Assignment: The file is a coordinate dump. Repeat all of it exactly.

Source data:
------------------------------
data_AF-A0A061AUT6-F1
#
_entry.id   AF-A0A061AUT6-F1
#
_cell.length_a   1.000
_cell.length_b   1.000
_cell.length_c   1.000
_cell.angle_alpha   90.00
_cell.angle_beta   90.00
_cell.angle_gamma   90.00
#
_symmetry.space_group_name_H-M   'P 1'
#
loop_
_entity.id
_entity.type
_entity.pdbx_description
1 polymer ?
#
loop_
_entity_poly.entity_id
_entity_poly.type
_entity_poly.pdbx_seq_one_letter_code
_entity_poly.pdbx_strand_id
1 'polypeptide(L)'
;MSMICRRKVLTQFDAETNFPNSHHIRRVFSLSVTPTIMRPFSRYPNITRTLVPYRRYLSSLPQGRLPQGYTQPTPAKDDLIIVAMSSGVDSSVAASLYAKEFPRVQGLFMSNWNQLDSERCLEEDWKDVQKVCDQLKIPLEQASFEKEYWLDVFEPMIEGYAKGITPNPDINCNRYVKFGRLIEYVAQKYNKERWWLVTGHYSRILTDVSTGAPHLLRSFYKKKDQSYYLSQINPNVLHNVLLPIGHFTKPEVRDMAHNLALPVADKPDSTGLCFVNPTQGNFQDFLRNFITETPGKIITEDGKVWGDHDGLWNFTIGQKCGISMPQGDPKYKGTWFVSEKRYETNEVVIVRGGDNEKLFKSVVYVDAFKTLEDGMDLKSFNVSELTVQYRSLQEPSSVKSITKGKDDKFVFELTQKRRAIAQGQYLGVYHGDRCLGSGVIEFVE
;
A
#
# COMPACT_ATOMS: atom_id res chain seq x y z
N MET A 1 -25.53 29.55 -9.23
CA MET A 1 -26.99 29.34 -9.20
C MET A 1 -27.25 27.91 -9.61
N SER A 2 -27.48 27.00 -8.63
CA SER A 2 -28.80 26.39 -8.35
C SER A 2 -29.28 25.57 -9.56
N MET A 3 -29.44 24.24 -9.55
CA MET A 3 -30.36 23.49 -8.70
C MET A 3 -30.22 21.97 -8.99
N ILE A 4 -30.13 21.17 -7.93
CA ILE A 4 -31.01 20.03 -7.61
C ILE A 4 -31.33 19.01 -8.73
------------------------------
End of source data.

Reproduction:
data_AF-A0A061AUT6-F1
#
_entry.id   AF-A0A061AUT6-F1
#
_cell.length_a   1.000
_cell.length_b   1.000
_cell.length_c   1.000
_cell.angle_alpha   90.00
_cell.angle_beta   90.00
_cell.angle_gamma   90.00
#
_symmetry.space_group_name_H-M   'P 1'
#
loop_
_entity.id
_entity.type
_entity.pdbx_description
1 polymer ?
#
loop_
_entity_poly.entity_id
_entity_poly.type
_entity_poly.pdbx_seq_one_letter_code
_entity_poly.pdbx_strand_id
1 'polypeptide(L)'
;MSMICRRKVLTQFDAETNFPNSHHIRRVFSLSVTPTIMRPFSRYPNITRTLVPYRRYLSSLPQGRLPQGYTQPTPAKDDLIIVAMSSGVDSSVAASLYAKEFPRVQGLFMSNWNQLDSERCLEEDWKDVQKVCDQLKIPLEQASFEKEYWLDVFEPMIEGYAKGITPNPDINCNRYVKFGRLIEYVAQKYNKERWWLVTGHYSRILTDVSTGAPHLLRSFYKKKDQSYYLSQINPNVLHNVLLPIGHFTKPEVRDMAHNLALPVADKPDSTGLCFVNPTQGNFQDFLRNFITETPGKIITEDGKVWGDHDGLWNFTIGQKCGISMPQGDPKYKGTWFVSEKRYETNEVVIVRGGDNEKLFKSVVYVDAFKTLEDGMDLKSFNVSELTVQYRSLQEPSSVKSITKGKDDKFVFELTQKRRAIAQGQYLGVYHGDRCLGSGVIEFVE
;
A
#
# COMPACT_ATOMS: atom_id res chain seq x y z
N MET A 1 -25.53 29.55 -9.23
CA MET A 1 -26.99 29.34 -9.20
C MET A 1 -27.25 27.91 -9.61
N SER A 2 -27.48 27.00 -8.63
CA SER A 2 -28.80 26.39 -8.35
C SER A 2 -29.28 25.57 -9.56
N MET A 3 -29.44 24.24 -9.55
CA MET A 3 -30.36 23.49 -8.70
C MET A 3 -30.22 21.97 -8.99
N ILE A 4 -30.13 21.17 -7.93
CA ILE A 4 -31.01 20.03 -7.61
C ILE A 4 -31.33 19.01 -8.73